Today I stumbled upon a Today Show clip regarding viewers speculating that Savannah Guthrie was pregnant. This is a topic I’ve considered writing about for several years now, but I’ve never built up the nerve to do so. Despite feeling vulnerable, I know now is the time to speak up, so we can hopefully put an end to this.

More than a handful of times since I’ve been of “child bearing age” I’ve been congratulated or asked when I was due. I can remember the first time it happened… I was twenty four years old, in the best shape of my life and wearing an empire waist dress – so someone assumed it was hiding a baby bump. It was an awkward exchange that forced me to say the dreaded words, “No, I’m not pregnant.” (But obviously, you think I look it.) I made a joke about it, but inside I wanted to die. I can pinpoint the few times in my life that I’ve felt totally comfortable in my skin, and up until I was asked when I was due, that was one of those times. I was walking 1-2 hours a day, eating great and in the best shape of my life. I worked so hard to feel comfortable in my own skin and in a split second, the confidence I had been feeling (and earned) was shattered.

Fast forward eleven years and three kids later… It’s hard to explain the insecurity many women feel after giving birth. It’s all worth it to have a beautiful new baby that you love more than life itself, but man is it hard when you’re sleep deprived, can’t fit in your regular clothes and your hormones are completely out of whack. Tack on someone making a reference about your weight and it’s a pretty horrible feeling.

The week that I returned to work after having my first child, I was congratulated and asked when I was due. I was wearing a shirt that I bought in 5 different colors, because it was one of the only things I felt comfortable in. I was adjusting to life as a working mom, I had 20 pounds to lose and was very insecure – not to mention extremely sad to leave my little girl behind for eight hours a day. Again, I tried to laugh it off, but like Savannah eloquently put it, “I’m not pregnant. I have a three month old at home. And now I’m going to burn this shirt (and the four others I have just like it)!”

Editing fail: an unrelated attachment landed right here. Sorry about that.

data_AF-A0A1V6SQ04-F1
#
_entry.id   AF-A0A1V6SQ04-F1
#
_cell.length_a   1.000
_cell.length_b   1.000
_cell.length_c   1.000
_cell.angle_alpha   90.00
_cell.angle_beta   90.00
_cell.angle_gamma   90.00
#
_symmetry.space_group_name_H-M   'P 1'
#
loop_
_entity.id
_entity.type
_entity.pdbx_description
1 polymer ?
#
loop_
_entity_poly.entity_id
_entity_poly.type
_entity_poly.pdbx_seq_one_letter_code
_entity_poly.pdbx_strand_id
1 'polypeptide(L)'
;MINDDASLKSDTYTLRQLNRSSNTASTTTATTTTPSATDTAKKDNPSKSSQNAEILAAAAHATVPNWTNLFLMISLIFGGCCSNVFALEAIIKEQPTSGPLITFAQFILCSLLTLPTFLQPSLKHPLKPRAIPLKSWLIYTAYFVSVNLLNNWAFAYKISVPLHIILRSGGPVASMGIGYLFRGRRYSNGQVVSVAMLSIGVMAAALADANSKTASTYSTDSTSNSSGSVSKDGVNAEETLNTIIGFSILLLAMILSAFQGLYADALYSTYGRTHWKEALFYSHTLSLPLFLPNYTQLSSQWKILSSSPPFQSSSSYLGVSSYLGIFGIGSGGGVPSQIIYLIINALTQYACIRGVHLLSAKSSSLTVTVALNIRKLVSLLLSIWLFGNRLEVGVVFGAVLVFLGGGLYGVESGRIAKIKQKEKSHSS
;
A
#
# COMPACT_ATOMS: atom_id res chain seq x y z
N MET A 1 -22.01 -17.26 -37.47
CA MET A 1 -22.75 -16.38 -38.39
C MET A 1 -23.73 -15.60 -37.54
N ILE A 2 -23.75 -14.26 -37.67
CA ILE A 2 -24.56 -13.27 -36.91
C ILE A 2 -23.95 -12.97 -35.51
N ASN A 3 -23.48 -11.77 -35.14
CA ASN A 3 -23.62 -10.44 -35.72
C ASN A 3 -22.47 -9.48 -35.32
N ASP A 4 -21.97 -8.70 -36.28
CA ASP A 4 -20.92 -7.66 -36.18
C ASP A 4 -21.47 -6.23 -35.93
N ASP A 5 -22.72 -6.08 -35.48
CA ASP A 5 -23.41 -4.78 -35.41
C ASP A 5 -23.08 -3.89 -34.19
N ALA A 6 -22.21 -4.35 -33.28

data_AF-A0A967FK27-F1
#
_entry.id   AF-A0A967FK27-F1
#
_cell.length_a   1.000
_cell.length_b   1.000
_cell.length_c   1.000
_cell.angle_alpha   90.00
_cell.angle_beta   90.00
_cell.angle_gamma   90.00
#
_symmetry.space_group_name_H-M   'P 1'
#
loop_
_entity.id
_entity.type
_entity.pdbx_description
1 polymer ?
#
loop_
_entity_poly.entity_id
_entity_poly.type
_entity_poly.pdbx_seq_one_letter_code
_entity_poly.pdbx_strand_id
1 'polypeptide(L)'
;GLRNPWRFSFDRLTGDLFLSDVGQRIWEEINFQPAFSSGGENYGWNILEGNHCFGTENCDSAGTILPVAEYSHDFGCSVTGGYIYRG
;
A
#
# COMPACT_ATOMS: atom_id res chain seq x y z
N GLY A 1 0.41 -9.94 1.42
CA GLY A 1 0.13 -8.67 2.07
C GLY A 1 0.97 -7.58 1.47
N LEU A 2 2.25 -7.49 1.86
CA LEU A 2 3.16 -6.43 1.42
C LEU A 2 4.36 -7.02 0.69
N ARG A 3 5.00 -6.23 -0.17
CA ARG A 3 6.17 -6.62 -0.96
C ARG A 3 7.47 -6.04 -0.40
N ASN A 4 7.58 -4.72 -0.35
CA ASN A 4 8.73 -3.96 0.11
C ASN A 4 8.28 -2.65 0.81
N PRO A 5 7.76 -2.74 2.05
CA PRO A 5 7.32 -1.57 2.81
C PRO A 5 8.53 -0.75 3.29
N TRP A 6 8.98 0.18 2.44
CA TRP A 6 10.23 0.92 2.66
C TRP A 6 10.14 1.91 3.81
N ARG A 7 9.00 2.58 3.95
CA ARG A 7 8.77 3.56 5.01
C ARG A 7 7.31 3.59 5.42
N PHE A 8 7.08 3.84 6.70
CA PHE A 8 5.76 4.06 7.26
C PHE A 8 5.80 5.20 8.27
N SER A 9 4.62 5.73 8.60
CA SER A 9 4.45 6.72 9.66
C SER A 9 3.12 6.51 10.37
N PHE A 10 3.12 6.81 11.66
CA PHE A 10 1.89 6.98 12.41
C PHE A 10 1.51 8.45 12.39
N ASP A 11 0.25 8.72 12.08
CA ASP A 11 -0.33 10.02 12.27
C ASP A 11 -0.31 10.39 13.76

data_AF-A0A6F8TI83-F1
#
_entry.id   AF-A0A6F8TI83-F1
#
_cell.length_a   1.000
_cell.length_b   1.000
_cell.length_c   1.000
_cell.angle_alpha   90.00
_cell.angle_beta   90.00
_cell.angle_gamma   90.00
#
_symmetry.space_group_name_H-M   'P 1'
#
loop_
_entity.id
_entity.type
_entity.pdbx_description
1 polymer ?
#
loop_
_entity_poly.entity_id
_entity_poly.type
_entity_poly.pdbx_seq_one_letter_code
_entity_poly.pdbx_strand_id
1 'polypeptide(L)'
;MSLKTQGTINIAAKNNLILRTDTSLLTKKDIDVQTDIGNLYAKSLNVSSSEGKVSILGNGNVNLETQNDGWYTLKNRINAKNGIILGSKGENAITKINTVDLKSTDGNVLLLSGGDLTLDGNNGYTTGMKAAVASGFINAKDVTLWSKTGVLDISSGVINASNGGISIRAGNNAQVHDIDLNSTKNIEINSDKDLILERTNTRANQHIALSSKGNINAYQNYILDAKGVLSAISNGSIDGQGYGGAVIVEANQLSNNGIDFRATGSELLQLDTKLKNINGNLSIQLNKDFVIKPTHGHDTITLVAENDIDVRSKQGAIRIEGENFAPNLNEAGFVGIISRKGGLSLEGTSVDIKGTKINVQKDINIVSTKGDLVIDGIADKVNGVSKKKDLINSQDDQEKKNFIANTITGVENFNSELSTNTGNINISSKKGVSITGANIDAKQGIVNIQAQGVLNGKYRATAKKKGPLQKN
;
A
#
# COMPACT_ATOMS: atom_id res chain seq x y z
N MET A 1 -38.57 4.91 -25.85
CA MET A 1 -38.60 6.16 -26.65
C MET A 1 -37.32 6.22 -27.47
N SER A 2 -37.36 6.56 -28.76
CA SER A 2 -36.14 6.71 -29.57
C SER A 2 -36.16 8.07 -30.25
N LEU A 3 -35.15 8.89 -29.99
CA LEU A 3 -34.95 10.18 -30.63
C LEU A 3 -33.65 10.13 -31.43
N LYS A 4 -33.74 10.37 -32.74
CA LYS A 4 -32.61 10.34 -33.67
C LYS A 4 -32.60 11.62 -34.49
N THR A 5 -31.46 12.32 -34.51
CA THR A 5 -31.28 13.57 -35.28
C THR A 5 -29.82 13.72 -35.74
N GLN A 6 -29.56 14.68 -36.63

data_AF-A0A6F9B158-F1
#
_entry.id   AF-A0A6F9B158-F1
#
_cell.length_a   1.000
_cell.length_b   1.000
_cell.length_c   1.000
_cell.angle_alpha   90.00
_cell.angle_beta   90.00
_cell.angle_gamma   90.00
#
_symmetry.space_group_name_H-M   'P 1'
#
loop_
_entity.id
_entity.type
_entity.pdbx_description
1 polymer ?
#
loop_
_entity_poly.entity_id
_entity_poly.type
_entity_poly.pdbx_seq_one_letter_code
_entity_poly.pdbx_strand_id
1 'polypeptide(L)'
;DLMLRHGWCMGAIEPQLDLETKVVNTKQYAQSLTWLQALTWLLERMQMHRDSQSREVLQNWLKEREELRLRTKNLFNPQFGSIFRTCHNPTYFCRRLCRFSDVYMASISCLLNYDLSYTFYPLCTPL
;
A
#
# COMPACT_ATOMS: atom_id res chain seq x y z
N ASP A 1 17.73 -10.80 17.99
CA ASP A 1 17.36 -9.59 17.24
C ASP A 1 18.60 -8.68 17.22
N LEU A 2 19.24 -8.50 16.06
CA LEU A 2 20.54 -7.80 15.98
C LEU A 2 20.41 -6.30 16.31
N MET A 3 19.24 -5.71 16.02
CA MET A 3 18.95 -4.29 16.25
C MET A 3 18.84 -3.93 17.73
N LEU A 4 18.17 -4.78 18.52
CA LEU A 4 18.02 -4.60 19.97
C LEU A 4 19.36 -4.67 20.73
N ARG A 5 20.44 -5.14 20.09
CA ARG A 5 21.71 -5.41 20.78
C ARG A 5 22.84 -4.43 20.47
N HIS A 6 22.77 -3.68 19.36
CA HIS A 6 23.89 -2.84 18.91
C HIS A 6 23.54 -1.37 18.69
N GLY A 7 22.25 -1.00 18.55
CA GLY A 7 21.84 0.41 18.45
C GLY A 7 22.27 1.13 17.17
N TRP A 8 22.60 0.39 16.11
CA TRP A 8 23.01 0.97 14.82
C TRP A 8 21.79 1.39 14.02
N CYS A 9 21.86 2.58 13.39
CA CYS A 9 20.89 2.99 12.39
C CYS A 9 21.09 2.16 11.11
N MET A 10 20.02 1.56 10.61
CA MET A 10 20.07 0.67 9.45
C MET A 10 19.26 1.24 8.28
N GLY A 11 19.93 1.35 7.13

My youngest is now nine months old. I am slowly starting to feel like “myself” again, but definitely have more “baby weight” to shed. Recently, someone gave up their seat for me at an event because “I have an excuse.” Immediately, I knew what that meant (although everyone I told the story to said my excuse was that I had heels on). A week later, the same person made reference to me not being able to drink and I walked away reaffirming what I originally thought… He thinks I’m pregnant. (I secretly hoped I would bump into him while drinking a glass of red wine that would land all over him, but my plan didn’t hold up.) Hopefully, I can lose twenty pounds before seeing this person again (we all can dream), but if not, will I really be forced to say those three dreaded words again? I’M NOT PREGNANT.

As a society, we have to flip the script on this. It’s never okay to assume a woman is pregnant. Words hurt; and if someone is insecure about her body, those words stick. (And, who isn’t insecure at times?) A woman’s body is INCREDIBLE. Our bodies can GROW A BABY. Our bodies can DELIVER A BABY. Our bodies can FEED A BABY. We are AMAZING and it’s a shame that can be overshadowed by comments that mean nothing to the person saying them, but so much to the person hearing them.

My daughter Zoe is now four years ago. I try so hard not to mention my weight or hers. I want her to grow up cherishing her body. I don’t want her ever to feel the insecurities that I do. And if I have anything to do with it, she’ll never experience what it feels like to have someone think she’s pregnant when she’s not.

We can change this. Not for our sake, but for our daughters.